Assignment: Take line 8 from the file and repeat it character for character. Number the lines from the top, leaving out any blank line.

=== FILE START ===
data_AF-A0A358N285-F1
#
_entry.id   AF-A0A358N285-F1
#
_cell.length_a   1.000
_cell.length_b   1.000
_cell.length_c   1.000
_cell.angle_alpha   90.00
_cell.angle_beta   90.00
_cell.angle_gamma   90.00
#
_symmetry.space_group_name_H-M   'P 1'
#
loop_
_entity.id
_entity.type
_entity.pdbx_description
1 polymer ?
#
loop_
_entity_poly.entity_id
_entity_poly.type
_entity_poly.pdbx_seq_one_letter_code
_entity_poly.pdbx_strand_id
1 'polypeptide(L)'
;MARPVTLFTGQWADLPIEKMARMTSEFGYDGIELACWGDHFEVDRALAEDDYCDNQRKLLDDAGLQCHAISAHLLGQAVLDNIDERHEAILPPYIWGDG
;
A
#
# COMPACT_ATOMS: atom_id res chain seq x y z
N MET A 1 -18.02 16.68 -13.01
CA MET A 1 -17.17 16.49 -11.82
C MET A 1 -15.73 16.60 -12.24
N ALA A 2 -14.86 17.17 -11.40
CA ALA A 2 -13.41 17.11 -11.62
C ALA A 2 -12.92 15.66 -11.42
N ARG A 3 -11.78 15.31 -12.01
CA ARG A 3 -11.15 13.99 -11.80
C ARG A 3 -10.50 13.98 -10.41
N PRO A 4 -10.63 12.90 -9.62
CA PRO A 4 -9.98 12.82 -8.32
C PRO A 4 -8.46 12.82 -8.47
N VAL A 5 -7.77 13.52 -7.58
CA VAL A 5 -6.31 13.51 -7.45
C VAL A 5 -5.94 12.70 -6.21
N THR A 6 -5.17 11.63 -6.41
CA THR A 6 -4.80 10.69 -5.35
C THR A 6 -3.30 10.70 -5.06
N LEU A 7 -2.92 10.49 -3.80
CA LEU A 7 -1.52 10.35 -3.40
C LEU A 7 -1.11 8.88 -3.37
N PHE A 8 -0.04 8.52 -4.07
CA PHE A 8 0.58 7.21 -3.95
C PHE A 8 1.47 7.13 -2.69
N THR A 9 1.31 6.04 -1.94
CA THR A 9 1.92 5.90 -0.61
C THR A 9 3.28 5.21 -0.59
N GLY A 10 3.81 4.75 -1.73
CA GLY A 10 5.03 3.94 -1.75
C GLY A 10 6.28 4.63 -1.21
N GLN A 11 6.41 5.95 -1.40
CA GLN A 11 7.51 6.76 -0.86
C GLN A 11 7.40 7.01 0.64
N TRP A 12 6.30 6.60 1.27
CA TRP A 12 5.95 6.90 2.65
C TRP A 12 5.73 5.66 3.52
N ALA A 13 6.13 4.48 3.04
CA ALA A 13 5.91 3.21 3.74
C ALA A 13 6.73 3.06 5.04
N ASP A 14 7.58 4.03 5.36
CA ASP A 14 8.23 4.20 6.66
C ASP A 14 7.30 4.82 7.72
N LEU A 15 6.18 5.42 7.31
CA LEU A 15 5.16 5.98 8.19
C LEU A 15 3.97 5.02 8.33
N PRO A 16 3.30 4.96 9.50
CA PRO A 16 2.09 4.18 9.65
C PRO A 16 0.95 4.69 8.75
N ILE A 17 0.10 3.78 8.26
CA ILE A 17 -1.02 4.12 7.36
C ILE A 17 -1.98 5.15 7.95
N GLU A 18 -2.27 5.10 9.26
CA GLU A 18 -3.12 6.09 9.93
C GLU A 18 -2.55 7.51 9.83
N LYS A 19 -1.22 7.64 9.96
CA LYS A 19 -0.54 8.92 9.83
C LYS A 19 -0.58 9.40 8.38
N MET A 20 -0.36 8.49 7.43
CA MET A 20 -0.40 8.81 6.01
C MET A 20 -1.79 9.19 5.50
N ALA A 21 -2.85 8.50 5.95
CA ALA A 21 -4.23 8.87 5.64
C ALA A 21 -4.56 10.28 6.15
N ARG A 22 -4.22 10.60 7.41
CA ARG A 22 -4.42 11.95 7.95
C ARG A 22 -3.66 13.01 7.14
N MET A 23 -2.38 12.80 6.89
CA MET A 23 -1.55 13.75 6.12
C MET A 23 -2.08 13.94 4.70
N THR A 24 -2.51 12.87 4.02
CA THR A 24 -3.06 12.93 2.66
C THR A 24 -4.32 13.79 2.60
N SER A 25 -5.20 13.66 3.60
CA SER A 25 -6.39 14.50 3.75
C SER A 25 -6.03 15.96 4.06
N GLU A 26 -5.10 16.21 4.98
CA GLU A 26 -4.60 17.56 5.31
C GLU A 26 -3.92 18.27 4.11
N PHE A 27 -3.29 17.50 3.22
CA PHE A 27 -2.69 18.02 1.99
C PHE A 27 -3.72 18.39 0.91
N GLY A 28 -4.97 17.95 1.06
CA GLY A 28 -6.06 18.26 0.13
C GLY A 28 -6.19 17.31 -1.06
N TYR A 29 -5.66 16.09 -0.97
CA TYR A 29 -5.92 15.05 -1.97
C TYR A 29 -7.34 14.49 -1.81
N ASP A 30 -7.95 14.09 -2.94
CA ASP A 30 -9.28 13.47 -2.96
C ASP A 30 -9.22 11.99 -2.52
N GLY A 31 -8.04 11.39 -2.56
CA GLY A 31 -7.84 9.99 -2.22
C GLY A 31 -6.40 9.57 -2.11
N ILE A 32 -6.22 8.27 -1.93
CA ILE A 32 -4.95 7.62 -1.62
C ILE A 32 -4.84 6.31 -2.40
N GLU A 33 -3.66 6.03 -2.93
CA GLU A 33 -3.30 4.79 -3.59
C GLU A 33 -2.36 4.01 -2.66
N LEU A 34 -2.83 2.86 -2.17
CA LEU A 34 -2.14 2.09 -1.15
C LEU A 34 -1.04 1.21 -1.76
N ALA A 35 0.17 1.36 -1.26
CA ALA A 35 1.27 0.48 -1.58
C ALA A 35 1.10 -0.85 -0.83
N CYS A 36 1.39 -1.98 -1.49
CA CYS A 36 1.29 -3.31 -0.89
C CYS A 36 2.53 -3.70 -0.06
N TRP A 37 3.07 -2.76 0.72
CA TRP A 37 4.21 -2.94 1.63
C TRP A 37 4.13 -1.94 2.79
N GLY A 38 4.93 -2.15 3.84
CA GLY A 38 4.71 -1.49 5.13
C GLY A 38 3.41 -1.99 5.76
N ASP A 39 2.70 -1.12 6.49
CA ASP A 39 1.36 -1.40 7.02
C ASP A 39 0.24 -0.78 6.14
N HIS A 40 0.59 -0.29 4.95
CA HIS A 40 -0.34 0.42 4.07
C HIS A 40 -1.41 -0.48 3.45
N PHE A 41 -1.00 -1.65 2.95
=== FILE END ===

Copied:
_cell.angle_alpha   90.00